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Lame MP3 Encoding and Cinebench 3D Rendering

 

In our custom Lame MP3 encoding test, we convert a large digital audio file to the MP3 format, which is a very popular scenario that many end users work with on a day-to-day basis to provide portability and storage of their digital audio content.  In this test, we chose a large 223MB WAV file (a never-ending Grateful Dead jam) and converted it to the MP3 format.  We utilized the latest 3.97 version of the Lame executable and encoding DLL for this test. Processing times are recorded below. Shorter times equate to better performance.

LAME MP3 Encoding Test
Converting a Large WAV To MP3

Our Lame MP3 test seems to favor system memory bandwidth more than anything else, and the low latency of AMD's integrated memory controller allows the Athlon 64s to shine brightest with the new 3.97 version of Lame.  The Pentium 4 Extreme Edition at 3.73GHz with a 1066MHz FSB puts up a good fight, but from there the new P4 670 clocks in 11 seconds slower although due to its slower 800MHz FSB.

Cinebench 2003 Performance Tests
3D Modeling & Rendering Tests

We ran two sets of numbers with Cinebench, one in single-thread mode and another in the benchmark's multi-thread mode. Please note that single-core Athlon 64s are only capable of running the single-thread test, hence the missing blue bar graphs in the chart below for all but the new Athlon 64 X2 CPU. Hyper-Threading-enabled Pentium 4 and Dual Core Pentium EE 840 processors, as well as the new Athlon 64 X2 4800+, are fully capable of running this test in its multi-thread mode, however.

The Pentium 4 670 offers up our fastest single-threaded score for the Intel processors we tested, but the dual core Pentium EE 840 smokes the fastest single core with Hyper-Threading Intel CPU available.  Overall, AMD's single-threaded performance is stronger, but single-core Athlons can't compete with Intel Hyper-Threading.  Finally, on the contrary, the Athlon 64 X2 4800+ strikes the best balance in this test, with its dual core design besting the Pentium EE 840 and its single-threaded performance edging out the new Pentium 4 670, as well.

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Kribibench 3D Modeling

 

Next up, we ran the Kribibench rendering benchmark produced by the folks at Adept Development.  Kribibench is an SSE aware software renderer.  A 3D model is rendered and animated by the host CPU, and the average frame rate is reported.  We used two of the included models with this benchmark: an "Exploded Sponge" model consisting of over 19.2 million polygons and then its enormous "Ultra" model that comprises over 16 billion polygons.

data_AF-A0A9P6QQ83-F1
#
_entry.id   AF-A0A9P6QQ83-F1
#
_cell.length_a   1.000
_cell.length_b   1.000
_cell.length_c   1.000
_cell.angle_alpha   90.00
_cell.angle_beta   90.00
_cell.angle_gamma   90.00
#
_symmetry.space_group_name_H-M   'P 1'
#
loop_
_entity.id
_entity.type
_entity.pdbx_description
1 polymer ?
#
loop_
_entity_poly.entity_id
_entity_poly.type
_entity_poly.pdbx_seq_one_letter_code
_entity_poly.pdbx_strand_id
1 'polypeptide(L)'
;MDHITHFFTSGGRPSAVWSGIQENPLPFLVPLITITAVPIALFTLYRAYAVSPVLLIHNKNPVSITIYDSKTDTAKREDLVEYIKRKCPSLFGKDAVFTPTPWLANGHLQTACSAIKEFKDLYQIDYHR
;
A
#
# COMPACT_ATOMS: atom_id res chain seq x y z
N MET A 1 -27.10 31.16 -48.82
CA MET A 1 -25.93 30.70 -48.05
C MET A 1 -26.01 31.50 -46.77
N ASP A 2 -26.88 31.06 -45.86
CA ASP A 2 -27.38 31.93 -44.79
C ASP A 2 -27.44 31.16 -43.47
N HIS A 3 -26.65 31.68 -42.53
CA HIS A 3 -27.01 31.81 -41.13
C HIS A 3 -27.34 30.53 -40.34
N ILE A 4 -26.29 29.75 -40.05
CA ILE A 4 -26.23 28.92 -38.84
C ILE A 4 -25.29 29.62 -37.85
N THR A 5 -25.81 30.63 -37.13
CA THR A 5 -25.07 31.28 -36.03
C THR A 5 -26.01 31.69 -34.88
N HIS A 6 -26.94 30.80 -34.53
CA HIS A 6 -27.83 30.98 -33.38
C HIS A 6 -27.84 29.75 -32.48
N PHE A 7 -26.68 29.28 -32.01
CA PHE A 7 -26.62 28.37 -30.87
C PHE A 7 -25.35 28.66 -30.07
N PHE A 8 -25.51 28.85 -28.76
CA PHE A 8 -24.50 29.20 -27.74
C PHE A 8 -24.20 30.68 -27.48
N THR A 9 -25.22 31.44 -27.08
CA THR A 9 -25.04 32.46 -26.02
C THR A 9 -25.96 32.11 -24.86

Kribibench v1.1
Details: www.adeptdevelopment.com

The Kribi engine is based on 100% software rendering for a scene, which makes it a perfect CPU benchmark. It also makes heavy use of SSE instructions and is multi-threaded.  Here the dual cores take the lead by a hefty margin with the A64 X2 once again dishing out a beating.  In the single-core camp, the Pentium 4 670 does give the FX-55 a run for its money.

More of the same is noted here with Kribibench's massive "Ultra" model in play.  It's a photo finish this time for the Pentium EE 840 and the Athlon 64 X2. The same can be said for the P4 670 and P4 EE 3.73GHz chip.  However, the FX-55 seemed to run out of gas, unable to keep up with the fastest single-core but Hyper-Threading-capable P4s.

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3DMark05 CPU Test

 

It may not be an actual game, but 3DMark05's built-in CPU test is a DirectX-based game engine metric that's useful for comparing relative performance among similarly equipped systems.  This test consists of two different 3D scenes that are generated with a software renderer, which is very much dependant on the host CPU's performance.  This means that the processing loads normally reserved for your 3D accelerator are instead sent to the host processor.  The number of frames generated per second in each test are used to determine the final score.

Futuremark 3DMark05 - CPU Test
Simulated DirectX Gaming Performance

 

3DMark05 is another benchmark with parts that are multi-threaded and take advantage of either Hyper-Threading, Multi-CPU-based systems, or dual core CPUs.  We've always seen the Pentium 4 shine in this test.  However, with the introduction of the Athlon 64 X2 4800+, AMD currently holds the lead spot, followed closely by Intel's Pentium Extreme Edition 840 CPU.  From there things scale back to the Hyper-Threading-capable Pentium 4s, with the test leaning more in the favor of the extra memory bandwidth offered by the 1066MHz FSB-driven P4 Extreme Edition at 3.73GHz.

 

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Unreal Tournament 2004 - DX8 Gaming

Next we delved into the gaming side of things a bit and performed some low-resolution benchmarking with Epic's Unreal Tournament 2004.  We specifically used a "Low-Quality" game setting with UT2004, which allowed us to isolate CPU and memory performance with little burden on the graphics subsystem.

Unreal Tournament 2004
DirectX 8 Gaming Performance